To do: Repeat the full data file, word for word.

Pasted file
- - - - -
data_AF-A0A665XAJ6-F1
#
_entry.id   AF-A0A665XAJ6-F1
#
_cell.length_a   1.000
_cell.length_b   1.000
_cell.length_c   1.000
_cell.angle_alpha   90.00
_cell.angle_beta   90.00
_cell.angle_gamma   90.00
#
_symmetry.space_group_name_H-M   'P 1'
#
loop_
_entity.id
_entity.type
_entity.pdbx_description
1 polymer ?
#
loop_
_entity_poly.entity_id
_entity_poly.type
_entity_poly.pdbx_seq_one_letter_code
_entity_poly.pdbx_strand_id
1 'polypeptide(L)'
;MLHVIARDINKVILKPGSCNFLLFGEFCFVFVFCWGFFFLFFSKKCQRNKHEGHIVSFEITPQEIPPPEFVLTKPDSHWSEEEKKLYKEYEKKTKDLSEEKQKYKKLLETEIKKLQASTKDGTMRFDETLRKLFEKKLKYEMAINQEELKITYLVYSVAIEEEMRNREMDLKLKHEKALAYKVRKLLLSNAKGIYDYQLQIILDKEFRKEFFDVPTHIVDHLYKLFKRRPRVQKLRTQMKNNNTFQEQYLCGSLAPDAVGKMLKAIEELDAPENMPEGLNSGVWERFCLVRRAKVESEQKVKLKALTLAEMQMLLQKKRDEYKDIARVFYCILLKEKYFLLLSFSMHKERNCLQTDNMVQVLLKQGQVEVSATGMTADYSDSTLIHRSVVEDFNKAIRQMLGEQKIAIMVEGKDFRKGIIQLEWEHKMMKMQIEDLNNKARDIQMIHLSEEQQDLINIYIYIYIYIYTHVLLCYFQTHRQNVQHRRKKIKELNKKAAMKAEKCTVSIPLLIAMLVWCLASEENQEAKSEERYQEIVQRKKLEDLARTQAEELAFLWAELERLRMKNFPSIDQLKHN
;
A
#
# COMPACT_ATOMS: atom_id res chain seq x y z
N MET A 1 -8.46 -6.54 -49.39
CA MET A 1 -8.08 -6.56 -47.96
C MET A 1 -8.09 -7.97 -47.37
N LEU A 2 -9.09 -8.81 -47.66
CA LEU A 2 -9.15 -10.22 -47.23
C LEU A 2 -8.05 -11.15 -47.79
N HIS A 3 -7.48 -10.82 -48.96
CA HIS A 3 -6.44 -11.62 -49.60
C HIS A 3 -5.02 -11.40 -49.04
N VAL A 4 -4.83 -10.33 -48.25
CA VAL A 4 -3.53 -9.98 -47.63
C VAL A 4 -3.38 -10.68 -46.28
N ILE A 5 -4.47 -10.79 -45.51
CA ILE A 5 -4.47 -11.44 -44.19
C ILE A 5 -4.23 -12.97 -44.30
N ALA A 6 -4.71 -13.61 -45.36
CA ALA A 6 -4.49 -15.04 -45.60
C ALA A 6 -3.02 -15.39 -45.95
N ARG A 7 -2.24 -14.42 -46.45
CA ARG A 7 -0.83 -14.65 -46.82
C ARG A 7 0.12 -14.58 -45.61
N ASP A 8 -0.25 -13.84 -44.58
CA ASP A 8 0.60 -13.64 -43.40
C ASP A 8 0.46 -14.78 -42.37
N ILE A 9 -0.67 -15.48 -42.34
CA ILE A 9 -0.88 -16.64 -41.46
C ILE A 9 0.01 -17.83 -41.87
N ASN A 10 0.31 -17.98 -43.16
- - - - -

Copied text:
data_AF-A0A665XAJ6-F1
#
_entry.id   AF-A0A665XAJ6-F1
#
_cell.length_a   1.000
_cell.length_b   1.000
_cell.length_c   1.000
_cell.angle_alpha   90.00
_cell.angle_beta   90.00
_cell.angle_gamma   90.00
#
_symmetry.space_group_name_H-M   'P 1'
#
loop_
_entity.id
_entity.type
_entity.pdbx_description
1 polymer ?
#
loop_
_entity_poly.entity_id
_entity_poly.type
_entity_poly.pdbx_seq_one_letter_code
_entity_poly.pdbx_strand_id
1 'polypeptide(L)'
;MLHVIARDINKVILKPGSCNFLLFGEFCFVFVFCWGFFFLFFSKKCQRNKHEGHIVSFEITPQEIPPPEFVLTKPDSHWSEEEKKLYKEYEKKTKDLSEEKQKYKKLLETEIKKLQASTKDGTMRFDETLRKLFEKKLKYEMAINQEELKITYLVYSVAIEEEMRNREMDLKLKHEKALAYKVRKLLLSNAKGIYDYQLQIILDKEFRKEFFDVPTHIVDHLYKLFKRRPRVQKLRTQMKNNNTFQEQYLCGSLAPDAVGKMLKAIEELDAPENMPEGLNSGVWERFCLVRRAKVESEQKVKLKALTLAEMQMLLQKKRDEYKDIARVFYCILLKEKYFLLLSFSMHKERNCLQTDNMVQVLLKQGQVEVSATGMTADYSDSTLIHRSVVEDFNKAIRQMLGEQKIAIMVEGKDFRKGIIQLEWEHKMMKMQIEDLNNKARDIQMIHLSEEQQDLINIYIYIYIYIYTHVLLCYFQTHRQNVQHRRKKIKELNKKAAMKAEKCTVSIPLLIAMLVWCLASEENQEAKSEERYQEIVQRKKLEDLARTQAEELAFLWAELERLRMKNFPSIDQLKHN
;
A
#
# COMPACT_ATOMS: atom_id res chain seq x y z
N MET A 1 -8.46 -6.54 -49.39
CA MET A 1 -8.08 -6.56 -47.96
C MET A 1 -8.09 -7.97 -47.37
N LEU A 2 -9.09 -8.81 -47.66
CA LEU A 2 -9.15 -10.22 -47.23
C LEU A 2 -8.05 -11.15 -47.79
N HIS A 3 -7.48 -10.82 -48.96
CA HIS A 3 -6.44 -11.62 -49.60
C HIS A 3 -5.02 -11.40 -49.04
N VAL A 4 -4.83 -10.33 -48.25
CA VAL A 4 -3.53 -9.98 -47.63
C VAL A 4 -3.38 -10.68 -46.28
N ILE A 5 -4.47 -10.79 -45.51
CA ILE A 5 -4.47 -11.44 -44.19
C ILE A 5 -4.23 -12.97 -44.30
N ALA A 6 -4.71 -13.61 -45.36
CA ALA A 6 -4.49 -15.04 -45.60
C ALA A 6 -3.02 -15.39 -45.95
N ARG A 7 -2.24 -14.42 -46.45
CA ARG A 7 -0.83 -14.65 -46.82
C ARG A 7 0.12 -14.58 -45.61
N ASP A 8 -0.25 -13.84 -44.58
CA ASP A 8 0.60 -13.64 -43.40
C ASP A 8 0.46 -14.78 -42.37
N ILE A 9 -0.67 -15.48 -42.34
CA ILE A 9 -0.88 -16.64 -41.46
C ILE A 9 0.01 -17.83 -41.87
N ASN A 10 0.31 -17.98 -43.16